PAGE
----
After the pandemic compelled some people to stop taking public transportation and spend more time working at home, state officials noticed a significant increase in cycling. Some communities saw a jump of more than 50 percent, said Transportation Secretary Jamey Tesler, as people began riding their bicycles more than ever, both as commuting vehicles and for recreation.

Officials noted that uptick in cycling, and are working to encourage it. So far, the state has granted more than $26 million to 161 cities and towns for projects that include bike lanes. But those lanes have proven to be contentious in some communities.

Cambridge is one city that’s leading the charge to install more bike lanes. But it’s a community with many competing interests for its street space. Once dominated by the needs of car owners, streets must now accommodate the growing number of cyclists who want and demand a safer place to ride.

Cambridge began installing new bike lanes along Mass. Ave. between Dudley Street and Alewife last week, despite protests from some residents. The lanes are marked with paint, flex posts and cones to provide some protection for cyclists, though not to the extent cycling advocates have demanded.

Opponents of the new bike lanes say the biggest issue is they will take away some parking spaces. For the project on Mass. Ave. from Dudley Street to Alewife Brook Parkway, 41 parking meters and approximately 30 unrestricted parking spaces are being removed. Seventeen parking meters will be added on side streets, along with two loading zones.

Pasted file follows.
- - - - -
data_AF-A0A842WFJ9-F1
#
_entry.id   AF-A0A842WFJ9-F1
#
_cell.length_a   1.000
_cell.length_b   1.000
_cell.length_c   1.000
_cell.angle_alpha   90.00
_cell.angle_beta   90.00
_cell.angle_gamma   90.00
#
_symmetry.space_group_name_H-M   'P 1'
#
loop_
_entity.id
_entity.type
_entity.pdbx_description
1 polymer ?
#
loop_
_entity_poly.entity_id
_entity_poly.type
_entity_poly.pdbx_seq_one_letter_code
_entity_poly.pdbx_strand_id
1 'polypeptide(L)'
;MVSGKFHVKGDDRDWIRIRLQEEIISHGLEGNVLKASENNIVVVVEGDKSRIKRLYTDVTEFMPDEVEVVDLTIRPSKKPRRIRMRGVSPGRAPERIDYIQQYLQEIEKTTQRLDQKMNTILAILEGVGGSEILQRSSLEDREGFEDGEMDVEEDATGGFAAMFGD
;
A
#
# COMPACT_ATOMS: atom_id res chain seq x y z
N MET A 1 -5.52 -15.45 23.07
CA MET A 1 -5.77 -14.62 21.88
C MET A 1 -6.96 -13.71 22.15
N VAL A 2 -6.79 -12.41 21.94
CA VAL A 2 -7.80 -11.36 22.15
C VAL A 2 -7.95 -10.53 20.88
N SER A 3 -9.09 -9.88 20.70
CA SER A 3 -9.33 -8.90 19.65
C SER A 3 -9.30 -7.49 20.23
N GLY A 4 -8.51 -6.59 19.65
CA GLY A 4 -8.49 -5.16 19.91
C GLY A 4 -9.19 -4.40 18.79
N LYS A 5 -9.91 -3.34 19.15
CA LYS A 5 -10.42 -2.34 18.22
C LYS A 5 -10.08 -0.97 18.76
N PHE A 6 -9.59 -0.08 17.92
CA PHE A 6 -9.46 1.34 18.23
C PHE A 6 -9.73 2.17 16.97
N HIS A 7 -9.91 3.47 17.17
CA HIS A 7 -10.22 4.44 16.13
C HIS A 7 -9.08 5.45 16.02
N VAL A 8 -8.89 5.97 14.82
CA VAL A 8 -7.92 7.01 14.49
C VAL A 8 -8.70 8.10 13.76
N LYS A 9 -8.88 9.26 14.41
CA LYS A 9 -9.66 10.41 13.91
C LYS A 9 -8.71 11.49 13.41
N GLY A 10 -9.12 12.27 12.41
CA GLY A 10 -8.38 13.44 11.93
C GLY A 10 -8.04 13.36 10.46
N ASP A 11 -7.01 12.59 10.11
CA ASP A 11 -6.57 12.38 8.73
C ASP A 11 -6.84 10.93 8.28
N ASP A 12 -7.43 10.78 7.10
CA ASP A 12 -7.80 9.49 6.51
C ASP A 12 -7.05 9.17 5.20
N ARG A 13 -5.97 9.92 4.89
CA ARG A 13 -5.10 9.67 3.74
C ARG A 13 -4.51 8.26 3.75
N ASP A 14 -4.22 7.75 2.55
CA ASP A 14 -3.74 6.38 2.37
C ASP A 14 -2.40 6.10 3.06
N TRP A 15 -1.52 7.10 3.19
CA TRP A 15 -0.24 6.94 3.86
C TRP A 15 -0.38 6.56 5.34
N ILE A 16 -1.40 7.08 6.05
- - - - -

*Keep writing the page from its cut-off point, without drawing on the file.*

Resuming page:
Business owners like Cynthia Hughes said they need those parking spaces to survive.

“I have to commute and have no place to park now,” Hughes said during a recent meeting of the city's transportation committeee. “So, we can’t run a business, obviously, if we can’t park ourselves. But this is drastically going to kill our business. I’m sure we have 75 percent of our customers drive to our shop.”

At the same city meeting, local cyclist Abigail Starr said the bike lanes will encourage her to use the area more and shop along Mass Ave.

“I have avoided visiting and shopping in Porter, Harvard, Central and Kendall for years because there's too much traffic to go there by car, and nowhere to park that car,” Starr said. “And I just didn't feel safe going there by bike. Now that the infrastructure is actually being built along Mass. Ave., I'm looking forward to many more trips by bike into Cambridge.”

One year ago, the Cambridge City Council approved an ordinance to build 25 miles of protected bike lanes along both sides of busy Mass. Ave. The city is moving ahead with those plans. But Transportation Director Joseph Barr said the initial lane construction is temporary.

“If we need to change something, we can learn what is maybe not working, and we could adjust elements within the overall goals of the project itself,” Barr said.

Despite the controversy and the pushback Cambridge is experiencing, state and community leaders are moving ahead with even more bike lanes. The challenge is to balance the mobility and parking needs of automobile drivers with the safety needs of cyclists.